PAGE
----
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Site C earthfill dam is complete: bring on the water

The Site C earthfill dam under construction
Stretching a kilometre across the Peace River Valley, the earthfill dam at the Site C project is complete.

Site C hydroelectric project in northern B.C. passes major milestone

What's it like to stand at the base of an earthfill dam more than a kilometre long, half a kilometre wide at the base, 20 storeys high, and made of some sixteen million cubic metres of sand, clay, and rock?

"Just a year ago, it was only half the height, and you could still see the river valley on the other side," says Matt Drown, BC Hydro's project director responsible for the main civil works on the Site C Clean Energy Project. "Now it's like a mountain – all you see is sky."

We've reached a major milestone with the completion of Site C's earthfill dam, the third hydroelectric dam on the Peace River. Located just southwest of Fort St. John, construction of the dam began in 2021 and was designed to withstand a major (one in 10,000 year) earthquake.

Completion of the earthfill dam is one of the essential milestones required before filling the Site C reservoir. As there are still a number of key project areas to be done – including the approach channel, spillway gates and powerhouse intake gates – filling of the reservoir will only begin once all that work is complete.

Filling the reservoir is expected to take about two to four months.

Construction on the Site C project began in July 2015 and remains on track to have all six generating units in service by 2025. Once complete, Site C will provide the equivalent amount of energy needed to reliably power about 450,000 homes, or 1.7 million electric vehicles per year. It will serve as a vital cog in our electrification plan, which will help B.C. homes and businesses switch from fossil fuel to clean electricity to reduce greenhouse gas emissions in the province by 900,000 tonnes by April 2026.

Site C will generate about 35% of the energy produced at the W.A.C. Bennett Dam, with just 5% of the reservoir area. It will use water already stored in and released from the Williston Reservoir above the Bennett Dam, water that also flows through the second dam and power station on the Peace River, at Peace Canyon.

A lot of dump trucks, plus a 5-km-long conveyor belt

Most of the material for the earthfill dam was taken directly from the dam site, while other material was sourced locally offsite and transported to the dam site on a five-kilometre-long conveyor belt.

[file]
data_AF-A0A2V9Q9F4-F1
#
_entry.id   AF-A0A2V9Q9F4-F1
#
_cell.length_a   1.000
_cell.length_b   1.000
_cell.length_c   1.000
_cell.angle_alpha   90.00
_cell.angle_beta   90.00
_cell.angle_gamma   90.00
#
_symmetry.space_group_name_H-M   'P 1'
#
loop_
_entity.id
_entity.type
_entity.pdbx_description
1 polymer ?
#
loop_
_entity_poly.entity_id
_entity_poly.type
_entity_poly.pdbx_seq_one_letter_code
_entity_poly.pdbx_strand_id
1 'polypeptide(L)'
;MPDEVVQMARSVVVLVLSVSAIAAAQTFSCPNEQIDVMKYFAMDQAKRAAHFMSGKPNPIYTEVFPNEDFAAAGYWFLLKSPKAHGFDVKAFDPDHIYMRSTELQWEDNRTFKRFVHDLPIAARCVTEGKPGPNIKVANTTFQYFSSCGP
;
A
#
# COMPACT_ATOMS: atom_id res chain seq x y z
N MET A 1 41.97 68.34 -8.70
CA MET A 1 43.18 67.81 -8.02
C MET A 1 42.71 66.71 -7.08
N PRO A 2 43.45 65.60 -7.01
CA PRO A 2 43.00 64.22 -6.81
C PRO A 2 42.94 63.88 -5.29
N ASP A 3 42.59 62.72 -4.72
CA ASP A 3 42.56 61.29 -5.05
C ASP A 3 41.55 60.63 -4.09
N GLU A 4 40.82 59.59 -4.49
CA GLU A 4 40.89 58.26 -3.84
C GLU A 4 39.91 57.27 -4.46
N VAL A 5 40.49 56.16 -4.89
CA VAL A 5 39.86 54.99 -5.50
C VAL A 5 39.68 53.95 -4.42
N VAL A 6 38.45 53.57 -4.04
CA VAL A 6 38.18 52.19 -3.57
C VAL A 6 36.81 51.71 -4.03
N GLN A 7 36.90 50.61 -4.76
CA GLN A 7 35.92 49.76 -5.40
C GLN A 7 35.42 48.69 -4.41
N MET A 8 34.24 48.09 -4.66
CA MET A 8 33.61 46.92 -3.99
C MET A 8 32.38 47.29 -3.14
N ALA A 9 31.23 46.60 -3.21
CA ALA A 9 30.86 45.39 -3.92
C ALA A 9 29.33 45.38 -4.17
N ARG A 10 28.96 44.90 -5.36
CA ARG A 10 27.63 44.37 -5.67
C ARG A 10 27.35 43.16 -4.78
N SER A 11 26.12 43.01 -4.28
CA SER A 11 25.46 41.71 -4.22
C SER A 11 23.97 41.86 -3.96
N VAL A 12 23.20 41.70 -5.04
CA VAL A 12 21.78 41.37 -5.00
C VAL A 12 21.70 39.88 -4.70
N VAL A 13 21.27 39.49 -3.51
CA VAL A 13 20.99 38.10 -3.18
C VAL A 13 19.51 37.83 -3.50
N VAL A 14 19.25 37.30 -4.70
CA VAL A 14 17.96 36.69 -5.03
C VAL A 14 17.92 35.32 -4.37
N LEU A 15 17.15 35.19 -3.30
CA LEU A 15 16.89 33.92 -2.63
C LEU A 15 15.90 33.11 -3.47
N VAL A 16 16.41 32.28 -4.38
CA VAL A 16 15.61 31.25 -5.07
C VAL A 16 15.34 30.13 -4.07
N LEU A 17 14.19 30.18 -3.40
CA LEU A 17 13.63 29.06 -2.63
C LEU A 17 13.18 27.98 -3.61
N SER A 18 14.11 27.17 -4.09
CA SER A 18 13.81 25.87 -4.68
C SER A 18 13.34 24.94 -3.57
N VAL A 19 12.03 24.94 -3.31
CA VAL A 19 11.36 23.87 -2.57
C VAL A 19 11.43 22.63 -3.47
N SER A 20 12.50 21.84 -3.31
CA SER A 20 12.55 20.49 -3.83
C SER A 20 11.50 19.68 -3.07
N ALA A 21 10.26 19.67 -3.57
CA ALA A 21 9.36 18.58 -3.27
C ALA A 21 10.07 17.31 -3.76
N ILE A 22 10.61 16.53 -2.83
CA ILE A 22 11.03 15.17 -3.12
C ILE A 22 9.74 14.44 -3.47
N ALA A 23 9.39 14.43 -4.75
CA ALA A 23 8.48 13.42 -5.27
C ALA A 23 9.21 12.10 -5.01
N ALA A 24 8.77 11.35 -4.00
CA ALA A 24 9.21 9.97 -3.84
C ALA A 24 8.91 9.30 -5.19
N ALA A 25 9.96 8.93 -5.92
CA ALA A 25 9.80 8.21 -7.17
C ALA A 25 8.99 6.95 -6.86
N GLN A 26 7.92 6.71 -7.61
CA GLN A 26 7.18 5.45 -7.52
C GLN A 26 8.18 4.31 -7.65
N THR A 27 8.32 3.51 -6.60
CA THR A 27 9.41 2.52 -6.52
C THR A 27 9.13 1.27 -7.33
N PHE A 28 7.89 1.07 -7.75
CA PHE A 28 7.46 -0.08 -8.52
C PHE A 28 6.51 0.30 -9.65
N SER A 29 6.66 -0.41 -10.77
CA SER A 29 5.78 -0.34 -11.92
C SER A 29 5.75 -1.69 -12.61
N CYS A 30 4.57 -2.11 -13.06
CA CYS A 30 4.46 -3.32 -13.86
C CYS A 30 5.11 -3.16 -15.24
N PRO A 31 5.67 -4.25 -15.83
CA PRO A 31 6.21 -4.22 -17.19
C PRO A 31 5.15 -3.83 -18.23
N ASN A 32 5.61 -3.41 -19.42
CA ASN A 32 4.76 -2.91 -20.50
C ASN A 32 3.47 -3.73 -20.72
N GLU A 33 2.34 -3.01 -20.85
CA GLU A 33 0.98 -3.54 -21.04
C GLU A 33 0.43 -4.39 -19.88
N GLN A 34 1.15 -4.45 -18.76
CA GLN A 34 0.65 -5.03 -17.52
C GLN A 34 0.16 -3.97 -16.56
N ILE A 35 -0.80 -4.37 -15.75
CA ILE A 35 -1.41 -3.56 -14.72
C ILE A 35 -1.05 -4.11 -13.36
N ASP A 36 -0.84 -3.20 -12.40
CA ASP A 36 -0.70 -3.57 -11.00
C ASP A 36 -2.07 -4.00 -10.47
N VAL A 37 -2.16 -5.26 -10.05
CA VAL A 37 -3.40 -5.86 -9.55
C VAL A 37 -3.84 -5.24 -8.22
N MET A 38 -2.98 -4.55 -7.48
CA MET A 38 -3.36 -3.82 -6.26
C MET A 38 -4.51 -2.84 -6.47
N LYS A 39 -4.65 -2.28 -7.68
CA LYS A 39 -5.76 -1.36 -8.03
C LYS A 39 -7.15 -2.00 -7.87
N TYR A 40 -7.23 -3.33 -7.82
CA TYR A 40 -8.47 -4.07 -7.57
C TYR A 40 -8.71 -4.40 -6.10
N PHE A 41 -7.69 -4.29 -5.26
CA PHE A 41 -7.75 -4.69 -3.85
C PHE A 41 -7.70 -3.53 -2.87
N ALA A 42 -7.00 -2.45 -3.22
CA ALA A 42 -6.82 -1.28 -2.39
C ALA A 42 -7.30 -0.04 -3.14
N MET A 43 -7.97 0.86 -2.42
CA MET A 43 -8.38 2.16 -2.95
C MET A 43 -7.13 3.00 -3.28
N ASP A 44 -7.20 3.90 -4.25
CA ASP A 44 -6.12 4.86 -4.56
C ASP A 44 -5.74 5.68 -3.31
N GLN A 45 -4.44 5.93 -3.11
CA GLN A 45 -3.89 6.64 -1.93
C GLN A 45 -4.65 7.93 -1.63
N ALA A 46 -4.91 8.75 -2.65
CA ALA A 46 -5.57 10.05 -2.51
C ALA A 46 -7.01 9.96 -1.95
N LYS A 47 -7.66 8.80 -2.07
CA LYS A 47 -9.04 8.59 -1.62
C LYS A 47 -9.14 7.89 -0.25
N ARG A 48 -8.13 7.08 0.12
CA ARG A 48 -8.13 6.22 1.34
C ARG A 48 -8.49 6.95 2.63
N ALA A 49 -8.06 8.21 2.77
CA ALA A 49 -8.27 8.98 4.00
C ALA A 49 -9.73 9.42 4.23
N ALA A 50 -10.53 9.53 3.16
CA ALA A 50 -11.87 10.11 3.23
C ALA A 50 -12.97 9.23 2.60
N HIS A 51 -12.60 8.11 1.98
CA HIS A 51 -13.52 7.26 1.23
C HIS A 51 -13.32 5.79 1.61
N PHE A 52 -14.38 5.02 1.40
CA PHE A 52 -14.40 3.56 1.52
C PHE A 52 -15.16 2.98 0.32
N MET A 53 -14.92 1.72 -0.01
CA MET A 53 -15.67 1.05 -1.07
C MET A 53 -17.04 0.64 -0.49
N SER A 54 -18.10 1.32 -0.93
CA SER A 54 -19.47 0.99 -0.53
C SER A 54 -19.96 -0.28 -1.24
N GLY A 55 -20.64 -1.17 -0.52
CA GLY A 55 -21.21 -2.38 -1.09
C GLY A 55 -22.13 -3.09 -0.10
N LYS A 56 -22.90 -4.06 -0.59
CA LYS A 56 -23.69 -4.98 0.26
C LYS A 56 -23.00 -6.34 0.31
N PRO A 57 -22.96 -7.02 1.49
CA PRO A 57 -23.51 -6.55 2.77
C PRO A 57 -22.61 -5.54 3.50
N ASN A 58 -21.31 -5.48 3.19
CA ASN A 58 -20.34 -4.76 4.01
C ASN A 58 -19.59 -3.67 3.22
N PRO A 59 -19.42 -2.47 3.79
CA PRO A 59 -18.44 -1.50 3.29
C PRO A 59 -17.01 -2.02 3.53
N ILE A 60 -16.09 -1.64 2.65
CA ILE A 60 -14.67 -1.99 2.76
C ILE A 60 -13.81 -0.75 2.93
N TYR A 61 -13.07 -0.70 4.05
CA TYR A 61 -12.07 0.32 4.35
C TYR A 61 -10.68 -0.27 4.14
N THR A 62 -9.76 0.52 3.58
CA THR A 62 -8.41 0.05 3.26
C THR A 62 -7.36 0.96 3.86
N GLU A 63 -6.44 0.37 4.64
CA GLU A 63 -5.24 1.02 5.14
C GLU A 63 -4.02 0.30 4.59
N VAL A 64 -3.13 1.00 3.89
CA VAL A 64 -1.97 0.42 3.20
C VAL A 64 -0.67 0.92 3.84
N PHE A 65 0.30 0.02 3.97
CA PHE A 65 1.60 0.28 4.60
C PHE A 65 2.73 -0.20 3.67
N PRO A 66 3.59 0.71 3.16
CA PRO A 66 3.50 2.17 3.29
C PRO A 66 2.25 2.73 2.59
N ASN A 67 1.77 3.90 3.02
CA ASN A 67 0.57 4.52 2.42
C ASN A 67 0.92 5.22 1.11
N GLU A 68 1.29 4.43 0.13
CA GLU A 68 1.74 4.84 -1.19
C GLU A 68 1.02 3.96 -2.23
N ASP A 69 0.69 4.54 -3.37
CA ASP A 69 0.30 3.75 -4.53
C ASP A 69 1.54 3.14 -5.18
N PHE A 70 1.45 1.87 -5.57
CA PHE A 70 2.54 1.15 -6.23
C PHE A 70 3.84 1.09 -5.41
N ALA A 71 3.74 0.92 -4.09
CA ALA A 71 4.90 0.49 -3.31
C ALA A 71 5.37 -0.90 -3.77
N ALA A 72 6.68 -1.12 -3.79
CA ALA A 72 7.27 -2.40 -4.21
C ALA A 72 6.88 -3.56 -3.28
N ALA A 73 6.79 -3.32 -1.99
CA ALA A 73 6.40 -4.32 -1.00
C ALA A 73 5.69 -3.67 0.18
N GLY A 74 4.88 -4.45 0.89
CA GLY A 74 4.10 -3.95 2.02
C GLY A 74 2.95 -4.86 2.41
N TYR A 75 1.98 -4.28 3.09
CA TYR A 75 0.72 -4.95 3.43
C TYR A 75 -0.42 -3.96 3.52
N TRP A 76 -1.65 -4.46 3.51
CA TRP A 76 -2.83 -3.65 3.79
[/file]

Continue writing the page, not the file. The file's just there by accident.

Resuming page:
"We put almost 16 million cubic metres of dirt and rock in this thing," marvels Drown. "One big dump truck carries about 10 cubic metres. Do the math and you get about 1.6 million dump truck loads of dirt. That's such a huge scale."

Site C's reservoir will be three times wider than the Peace River, will stretch 83 kilometres, and will be at its deepest (52 metres) close to the dam. To handle the weight of all that water, and to withstand a one-in-10,000-year earthquake, the earthfill dam was built with a mix of materials. Glacial till with clay impervious to water forms the core, a mix of sand, gravel and larger rocks forms the shell that protects to core, and a surface layer of large rocks – many weighing 250 kilograms or more – forms a layer of armour known as rip rap.

"Imagine your garden," says Drown, in explaining the role of rip rap. "If you spray the top soil in your garden with a hose, it will just wash away. But if you put rock over it, it won't wash away anymore. So at Site C, when it's raining or there are waves on the reservoir splashing against it, it's protected. It's basically erosion protection."

Video explains how the reservoir will be filled this fall.

Filling the reservoir: a diversion tunnel's role

Since 2020, two diversion tunnels have been directing water around Site C to allow for construction at the site. But they'll soon play different roles in the filling of the reservoir.

Over the summer, crews closed one of the tunnels and installed four rings inside to shrink the tunnel's diameter at certain points so that the flow of water during reservoir filling can be restricted.

"We'll open that tunnel again, and close the other tunnel," says Drown. "So we'll have a restricted-flow tunnel that will force the water to start backing up into the reservoir. Basically the water will start ponding up behind the dam."

Up to 2,500 workers at a time have been on duty at Site C

By the time Site C is finished, the project will have created an estimated 13,000 person-years of direct employment. Most work 14 days on, seven days off, with the bulk staying at the 1,600-capacity worker lodge.

"The nice thing about the seven days off is that a lot of workers get to return home," says Drown. "At the airport, you look at where the flights are going – there's a flight to Calgary, Edmonton, Nanaimo, Kelowna, and other parts of the province and Alberta."

In the month of September, there were nearly 5,500 people working on Site C, with about 65 per cent from B.C. and more than 900 workers – about 20 per cent – from the Peace River Regional District. Additionally, nearly 500 workers are Indigenous, and more than 500 are women.

While working at Site C, workers at the lodge are housed in single-occupancy bedrooms with ensuite bathrooms, TV and wifi services. They have access to amenities such as a gym, convenience store, and coffee shop. The lodge also has its own health clinic which provides access to primary and preventative health care, along with work-related injury evaluation and treatment.